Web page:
RALEIGH — A Wake County grand jury Tuesday indicted a former District Court judge, a defense lawyer who handles a high volume of drunken driving cases and one of the lawyer’s legal aides – raising questions among some about the narrow focus of what had been billed as a sweeping probe of the handling of DWI cases.
Kristin Ruth, who stepped down as a Wake County District Court judge in May, James Crouch, a Raleigh defense lawyer, and his legal aide, Elizabeth Michelle Daniel, were charged in a case linked to a State Bureau of Investigation probe into the handling of DWI cases over at least the past five years.
Ruth, a District Court judge for 13 years before her resignation, was charged with unlawfully and willfully omitting and neglecting to discharge the duties of her office, a misdemeanor.
Crouch, who was licensed to practice law in North Carolina almost 20 years ago with no public disciplines from the State Bar during that time, was charged with two counts of obstruction of justice, one count of altering documents, a felony, and one count of conspiring with Daniel, his legal aide, to obstruct justice.
Daniel was charged with conspiracy to obstruct justice with Crouch.
The indictments come several weeks after Wake County District Attorney Colon Willoughby used an unusual process through which the grand jury heard from an investigator about the cases then asked the county’s top prosecutor to further investigate the matter.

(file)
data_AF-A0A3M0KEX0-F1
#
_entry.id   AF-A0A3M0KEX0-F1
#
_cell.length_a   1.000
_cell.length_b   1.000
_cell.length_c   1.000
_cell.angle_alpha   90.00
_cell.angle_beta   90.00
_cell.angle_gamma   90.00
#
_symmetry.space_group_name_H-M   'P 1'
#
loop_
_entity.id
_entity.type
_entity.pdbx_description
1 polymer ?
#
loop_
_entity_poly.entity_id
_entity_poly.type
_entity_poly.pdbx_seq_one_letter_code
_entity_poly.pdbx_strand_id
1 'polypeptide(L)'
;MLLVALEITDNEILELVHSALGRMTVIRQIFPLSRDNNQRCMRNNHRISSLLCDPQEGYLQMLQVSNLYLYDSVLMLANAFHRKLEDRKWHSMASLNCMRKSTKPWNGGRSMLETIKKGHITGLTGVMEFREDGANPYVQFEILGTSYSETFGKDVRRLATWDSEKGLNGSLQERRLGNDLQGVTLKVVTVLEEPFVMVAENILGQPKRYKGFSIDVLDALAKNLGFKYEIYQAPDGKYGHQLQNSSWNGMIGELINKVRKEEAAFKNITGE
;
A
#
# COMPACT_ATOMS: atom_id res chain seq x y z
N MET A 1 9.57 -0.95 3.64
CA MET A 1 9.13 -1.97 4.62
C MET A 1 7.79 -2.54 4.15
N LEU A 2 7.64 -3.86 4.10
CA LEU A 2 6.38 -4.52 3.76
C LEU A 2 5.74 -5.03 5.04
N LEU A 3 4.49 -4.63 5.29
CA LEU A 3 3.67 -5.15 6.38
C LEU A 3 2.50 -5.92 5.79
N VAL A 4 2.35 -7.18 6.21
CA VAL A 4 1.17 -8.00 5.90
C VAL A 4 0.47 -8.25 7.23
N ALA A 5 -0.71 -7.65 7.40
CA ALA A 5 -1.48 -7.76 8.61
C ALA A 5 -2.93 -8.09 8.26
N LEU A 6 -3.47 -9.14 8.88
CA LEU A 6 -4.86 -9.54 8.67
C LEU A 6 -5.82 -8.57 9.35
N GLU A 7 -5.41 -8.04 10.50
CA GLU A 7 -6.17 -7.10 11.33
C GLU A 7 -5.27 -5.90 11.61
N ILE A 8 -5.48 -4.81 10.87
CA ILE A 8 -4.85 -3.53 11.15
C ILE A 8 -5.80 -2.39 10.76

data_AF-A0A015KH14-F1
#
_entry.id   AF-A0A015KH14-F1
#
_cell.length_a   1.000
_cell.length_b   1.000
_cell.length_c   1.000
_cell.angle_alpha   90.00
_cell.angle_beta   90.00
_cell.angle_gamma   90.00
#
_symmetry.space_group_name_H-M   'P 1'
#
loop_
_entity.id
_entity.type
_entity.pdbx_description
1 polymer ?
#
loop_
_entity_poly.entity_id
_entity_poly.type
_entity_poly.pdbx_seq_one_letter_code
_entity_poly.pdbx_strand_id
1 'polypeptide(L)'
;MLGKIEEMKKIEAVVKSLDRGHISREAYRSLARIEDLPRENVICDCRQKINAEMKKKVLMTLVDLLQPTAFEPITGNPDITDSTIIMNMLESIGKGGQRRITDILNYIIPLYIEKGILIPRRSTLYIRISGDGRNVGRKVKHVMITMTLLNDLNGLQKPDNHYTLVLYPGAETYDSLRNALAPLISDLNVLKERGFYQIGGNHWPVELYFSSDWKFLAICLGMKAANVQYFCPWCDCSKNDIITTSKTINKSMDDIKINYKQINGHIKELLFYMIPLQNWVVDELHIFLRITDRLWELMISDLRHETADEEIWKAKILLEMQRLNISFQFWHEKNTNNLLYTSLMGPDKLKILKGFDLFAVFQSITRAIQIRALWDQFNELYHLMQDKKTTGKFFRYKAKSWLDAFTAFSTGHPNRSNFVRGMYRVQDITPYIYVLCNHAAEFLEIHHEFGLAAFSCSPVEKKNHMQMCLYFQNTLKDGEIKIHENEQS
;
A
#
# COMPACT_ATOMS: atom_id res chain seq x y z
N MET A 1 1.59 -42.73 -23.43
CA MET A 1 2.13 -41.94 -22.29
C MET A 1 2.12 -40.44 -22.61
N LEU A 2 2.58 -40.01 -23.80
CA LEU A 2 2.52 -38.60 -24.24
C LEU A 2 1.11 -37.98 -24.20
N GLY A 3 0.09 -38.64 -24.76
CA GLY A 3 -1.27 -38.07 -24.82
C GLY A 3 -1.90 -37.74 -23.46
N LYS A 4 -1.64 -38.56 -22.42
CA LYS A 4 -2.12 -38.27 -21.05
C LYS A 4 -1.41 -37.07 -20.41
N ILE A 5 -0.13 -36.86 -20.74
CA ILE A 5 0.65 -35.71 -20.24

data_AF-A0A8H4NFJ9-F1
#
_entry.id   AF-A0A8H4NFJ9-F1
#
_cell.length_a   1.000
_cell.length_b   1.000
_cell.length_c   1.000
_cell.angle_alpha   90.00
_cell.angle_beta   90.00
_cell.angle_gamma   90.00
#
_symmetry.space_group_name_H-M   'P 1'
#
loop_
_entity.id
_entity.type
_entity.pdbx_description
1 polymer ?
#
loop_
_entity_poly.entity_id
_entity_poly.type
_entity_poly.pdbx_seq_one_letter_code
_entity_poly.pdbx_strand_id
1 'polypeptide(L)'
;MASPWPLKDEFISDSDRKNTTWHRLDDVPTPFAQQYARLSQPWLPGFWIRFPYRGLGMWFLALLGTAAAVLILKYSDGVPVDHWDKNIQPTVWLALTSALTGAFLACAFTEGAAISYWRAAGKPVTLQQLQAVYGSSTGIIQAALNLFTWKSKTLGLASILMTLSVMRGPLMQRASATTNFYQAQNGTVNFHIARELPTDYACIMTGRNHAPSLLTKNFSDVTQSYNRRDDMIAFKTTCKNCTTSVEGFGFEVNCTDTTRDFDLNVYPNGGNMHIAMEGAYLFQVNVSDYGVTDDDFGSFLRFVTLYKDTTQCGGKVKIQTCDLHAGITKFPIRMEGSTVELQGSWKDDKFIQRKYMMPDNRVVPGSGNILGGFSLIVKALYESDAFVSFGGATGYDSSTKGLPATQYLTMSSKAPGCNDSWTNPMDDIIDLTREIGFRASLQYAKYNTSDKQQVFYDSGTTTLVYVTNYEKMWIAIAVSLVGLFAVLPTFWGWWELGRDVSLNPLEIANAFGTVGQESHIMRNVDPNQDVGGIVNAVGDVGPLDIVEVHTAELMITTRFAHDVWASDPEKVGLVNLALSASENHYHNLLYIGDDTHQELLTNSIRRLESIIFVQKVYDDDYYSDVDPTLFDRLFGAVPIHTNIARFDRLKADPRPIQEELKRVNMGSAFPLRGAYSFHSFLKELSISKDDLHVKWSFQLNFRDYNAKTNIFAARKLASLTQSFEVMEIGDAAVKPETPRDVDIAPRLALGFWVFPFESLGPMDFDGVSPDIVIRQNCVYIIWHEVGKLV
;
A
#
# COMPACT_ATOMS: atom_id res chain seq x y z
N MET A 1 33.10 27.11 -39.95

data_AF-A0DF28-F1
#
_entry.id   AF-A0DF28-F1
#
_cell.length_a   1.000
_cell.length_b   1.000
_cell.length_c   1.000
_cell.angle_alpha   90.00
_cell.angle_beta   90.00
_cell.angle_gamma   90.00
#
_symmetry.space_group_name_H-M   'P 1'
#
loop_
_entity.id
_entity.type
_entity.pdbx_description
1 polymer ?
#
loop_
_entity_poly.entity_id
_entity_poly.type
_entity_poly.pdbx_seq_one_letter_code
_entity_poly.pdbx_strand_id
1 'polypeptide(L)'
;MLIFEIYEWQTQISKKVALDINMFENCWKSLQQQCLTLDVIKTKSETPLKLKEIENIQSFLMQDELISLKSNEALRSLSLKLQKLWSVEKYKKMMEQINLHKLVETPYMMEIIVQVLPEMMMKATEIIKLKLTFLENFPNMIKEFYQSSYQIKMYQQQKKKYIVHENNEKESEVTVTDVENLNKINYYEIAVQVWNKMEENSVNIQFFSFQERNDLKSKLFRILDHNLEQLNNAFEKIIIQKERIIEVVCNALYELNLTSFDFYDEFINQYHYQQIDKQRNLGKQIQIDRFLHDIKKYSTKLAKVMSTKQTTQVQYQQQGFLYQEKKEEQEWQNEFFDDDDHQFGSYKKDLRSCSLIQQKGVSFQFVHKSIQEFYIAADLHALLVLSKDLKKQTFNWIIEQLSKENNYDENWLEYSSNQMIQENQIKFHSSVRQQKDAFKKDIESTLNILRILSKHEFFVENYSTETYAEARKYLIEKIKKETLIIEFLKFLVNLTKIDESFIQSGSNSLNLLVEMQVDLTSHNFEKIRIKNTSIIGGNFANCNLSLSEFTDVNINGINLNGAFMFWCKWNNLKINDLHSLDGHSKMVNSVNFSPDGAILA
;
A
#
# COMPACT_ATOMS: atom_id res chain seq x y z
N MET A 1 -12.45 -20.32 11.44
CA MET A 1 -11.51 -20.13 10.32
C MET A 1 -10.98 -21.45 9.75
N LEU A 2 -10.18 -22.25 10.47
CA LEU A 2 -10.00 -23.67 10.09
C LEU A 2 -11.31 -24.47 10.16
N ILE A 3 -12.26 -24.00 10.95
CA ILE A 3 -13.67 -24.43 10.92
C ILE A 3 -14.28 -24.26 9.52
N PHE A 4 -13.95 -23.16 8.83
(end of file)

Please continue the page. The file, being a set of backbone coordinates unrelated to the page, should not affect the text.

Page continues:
On Tuesday, the grand jury, which holds its proceedings behind closed doors, handed up indictments after hearing from an SBI investigator.
Cases over four years
The accusations stem from the handling of dozens of DWI cases from May 1, 2008, to April 30, 2012.
The State Bureau of Investigation began an inquiry into the matter in February after prosecutors alerted Willoughby to problems with a DWI case handled by Crouch. Willoughby looked into the questions raised by his assistant district attorneys and flagged a dozen questionable DWI cases in which Ruth’s signature was on orders changing conviction dates. Crouch was the attorney on each case.
Willoughby alerted Donald Stephens, Wake’s chief resident Superior Court judge, who then contacted the SBI, which sent an investigator to the Wake County grand jury proceedings this week.